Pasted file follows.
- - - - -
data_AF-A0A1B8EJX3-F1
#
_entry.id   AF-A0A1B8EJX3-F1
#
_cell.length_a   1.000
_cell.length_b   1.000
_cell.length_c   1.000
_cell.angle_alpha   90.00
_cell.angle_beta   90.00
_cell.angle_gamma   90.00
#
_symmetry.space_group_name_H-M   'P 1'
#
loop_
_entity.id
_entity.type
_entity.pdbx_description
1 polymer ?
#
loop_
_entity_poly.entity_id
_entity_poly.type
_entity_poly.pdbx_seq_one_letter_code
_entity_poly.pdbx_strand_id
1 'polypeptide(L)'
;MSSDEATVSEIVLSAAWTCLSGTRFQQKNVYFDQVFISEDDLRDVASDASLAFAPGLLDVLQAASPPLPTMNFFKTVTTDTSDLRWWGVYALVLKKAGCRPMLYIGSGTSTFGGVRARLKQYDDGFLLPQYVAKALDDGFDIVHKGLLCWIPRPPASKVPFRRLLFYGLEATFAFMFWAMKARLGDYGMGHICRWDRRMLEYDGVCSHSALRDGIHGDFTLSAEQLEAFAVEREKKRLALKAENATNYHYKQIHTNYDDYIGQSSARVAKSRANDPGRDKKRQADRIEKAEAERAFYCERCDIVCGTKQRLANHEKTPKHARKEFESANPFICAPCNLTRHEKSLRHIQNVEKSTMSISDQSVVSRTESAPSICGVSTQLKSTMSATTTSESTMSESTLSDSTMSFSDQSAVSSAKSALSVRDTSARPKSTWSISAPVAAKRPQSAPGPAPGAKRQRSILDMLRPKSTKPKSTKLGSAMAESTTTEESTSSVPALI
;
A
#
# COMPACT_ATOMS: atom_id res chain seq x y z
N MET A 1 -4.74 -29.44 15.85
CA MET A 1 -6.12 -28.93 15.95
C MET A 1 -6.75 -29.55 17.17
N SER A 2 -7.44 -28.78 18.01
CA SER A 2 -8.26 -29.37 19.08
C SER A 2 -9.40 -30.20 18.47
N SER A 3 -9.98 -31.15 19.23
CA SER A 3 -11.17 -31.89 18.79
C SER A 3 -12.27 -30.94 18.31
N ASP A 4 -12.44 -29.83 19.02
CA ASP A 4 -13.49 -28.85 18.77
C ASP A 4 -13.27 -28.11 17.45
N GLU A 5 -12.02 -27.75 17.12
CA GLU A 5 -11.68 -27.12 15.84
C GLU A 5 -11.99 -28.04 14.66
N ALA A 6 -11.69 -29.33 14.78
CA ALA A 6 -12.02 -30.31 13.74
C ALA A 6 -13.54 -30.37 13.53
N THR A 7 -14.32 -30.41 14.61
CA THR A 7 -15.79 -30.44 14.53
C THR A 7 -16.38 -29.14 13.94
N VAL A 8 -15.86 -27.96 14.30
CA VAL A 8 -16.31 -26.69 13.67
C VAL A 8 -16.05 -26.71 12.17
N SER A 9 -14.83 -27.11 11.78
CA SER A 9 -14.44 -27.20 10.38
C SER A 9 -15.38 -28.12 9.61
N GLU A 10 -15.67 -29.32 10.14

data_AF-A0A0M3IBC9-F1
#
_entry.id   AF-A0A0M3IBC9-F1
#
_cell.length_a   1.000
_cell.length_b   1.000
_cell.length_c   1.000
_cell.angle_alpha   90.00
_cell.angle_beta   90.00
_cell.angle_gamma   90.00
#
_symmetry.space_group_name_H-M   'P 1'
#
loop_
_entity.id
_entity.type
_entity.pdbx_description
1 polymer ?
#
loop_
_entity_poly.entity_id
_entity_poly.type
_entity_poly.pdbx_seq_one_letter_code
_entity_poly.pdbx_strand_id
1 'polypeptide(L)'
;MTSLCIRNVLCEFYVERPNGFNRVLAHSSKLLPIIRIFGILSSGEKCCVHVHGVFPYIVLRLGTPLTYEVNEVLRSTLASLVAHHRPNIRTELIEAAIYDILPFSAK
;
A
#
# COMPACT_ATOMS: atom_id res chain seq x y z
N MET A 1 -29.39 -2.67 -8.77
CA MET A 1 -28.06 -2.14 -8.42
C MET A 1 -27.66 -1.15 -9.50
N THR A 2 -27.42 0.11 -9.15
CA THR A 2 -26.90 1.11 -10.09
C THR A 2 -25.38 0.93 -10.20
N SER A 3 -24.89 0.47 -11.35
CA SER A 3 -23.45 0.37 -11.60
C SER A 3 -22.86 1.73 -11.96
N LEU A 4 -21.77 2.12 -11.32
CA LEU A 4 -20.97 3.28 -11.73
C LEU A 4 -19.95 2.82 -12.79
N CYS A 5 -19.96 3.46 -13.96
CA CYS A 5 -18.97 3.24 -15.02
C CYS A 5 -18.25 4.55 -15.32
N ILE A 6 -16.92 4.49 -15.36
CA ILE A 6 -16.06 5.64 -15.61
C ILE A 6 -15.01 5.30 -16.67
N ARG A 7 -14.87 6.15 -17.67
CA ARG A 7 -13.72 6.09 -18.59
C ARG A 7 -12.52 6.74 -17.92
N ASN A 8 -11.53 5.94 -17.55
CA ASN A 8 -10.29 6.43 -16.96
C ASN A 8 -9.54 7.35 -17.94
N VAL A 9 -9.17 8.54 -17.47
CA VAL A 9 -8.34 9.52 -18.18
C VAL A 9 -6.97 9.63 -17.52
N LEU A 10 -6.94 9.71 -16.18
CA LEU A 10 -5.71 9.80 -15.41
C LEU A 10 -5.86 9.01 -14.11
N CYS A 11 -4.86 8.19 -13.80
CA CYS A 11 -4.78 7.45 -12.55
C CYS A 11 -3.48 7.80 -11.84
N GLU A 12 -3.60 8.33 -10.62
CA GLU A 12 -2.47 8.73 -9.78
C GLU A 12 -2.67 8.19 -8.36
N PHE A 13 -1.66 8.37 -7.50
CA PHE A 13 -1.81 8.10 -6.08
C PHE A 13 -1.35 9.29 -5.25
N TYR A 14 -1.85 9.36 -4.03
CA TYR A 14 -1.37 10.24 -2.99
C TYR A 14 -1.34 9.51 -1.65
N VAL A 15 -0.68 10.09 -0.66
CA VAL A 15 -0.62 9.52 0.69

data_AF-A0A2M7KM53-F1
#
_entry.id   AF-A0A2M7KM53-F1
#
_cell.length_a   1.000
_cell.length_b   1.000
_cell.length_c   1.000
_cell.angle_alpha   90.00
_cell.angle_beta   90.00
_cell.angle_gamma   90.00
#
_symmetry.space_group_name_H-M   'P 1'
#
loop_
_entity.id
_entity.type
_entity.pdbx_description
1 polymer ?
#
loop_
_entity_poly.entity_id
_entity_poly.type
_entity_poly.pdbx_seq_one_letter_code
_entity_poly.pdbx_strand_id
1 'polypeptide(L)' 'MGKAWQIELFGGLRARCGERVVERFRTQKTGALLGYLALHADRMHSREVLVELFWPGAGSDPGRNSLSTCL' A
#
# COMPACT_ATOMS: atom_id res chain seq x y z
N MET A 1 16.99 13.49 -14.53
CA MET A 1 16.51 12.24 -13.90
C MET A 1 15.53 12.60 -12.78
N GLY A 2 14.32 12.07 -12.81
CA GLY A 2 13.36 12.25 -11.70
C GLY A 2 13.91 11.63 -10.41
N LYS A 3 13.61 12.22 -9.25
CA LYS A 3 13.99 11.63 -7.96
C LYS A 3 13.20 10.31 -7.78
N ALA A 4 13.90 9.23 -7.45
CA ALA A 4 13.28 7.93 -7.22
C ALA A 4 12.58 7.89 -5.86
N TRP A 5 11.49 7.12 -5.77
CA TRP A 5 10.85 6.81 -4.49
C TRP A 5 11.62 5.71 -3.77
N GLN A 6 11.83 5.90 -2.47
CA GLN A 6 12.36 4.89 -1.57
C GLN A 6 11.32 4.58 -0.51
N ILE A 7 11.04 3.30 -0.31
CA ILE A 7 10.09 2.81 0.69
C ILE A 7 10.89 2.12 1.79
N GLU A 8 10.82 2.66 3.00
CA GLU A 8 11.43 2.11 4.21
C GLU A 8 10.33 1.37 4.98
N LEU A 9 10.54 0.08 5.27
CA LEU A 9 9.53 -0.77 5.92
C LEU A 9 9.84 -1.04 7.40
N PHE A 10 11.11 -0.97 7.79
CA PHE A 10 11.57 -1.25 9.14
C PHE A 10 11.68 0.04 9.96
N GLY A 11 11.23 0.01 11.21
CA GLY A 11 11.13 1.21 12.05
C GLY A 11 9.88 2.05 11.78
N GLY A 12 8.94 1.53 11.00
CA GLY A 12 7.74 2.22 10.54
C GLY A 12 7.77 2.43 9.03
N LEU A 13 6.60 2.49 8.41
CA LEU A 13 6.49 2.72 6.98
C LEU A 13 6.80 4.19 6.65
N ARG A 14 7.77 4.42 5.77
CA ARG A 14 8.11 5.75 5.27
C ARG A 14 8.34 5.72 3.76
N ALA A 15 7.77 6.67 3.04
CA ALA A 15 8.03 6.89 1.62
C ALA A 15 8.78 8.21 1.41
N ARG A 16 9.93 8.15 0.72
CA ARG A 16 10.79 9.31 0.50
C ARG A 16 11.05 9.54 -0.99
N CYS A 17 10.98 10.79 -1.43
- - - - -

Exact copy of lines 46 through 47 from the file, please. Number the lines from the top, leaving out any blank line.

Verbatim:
N ALA A 6 -11.69 -29.33 14.78
CA ALA A 6 -12.02 -30.31 13.74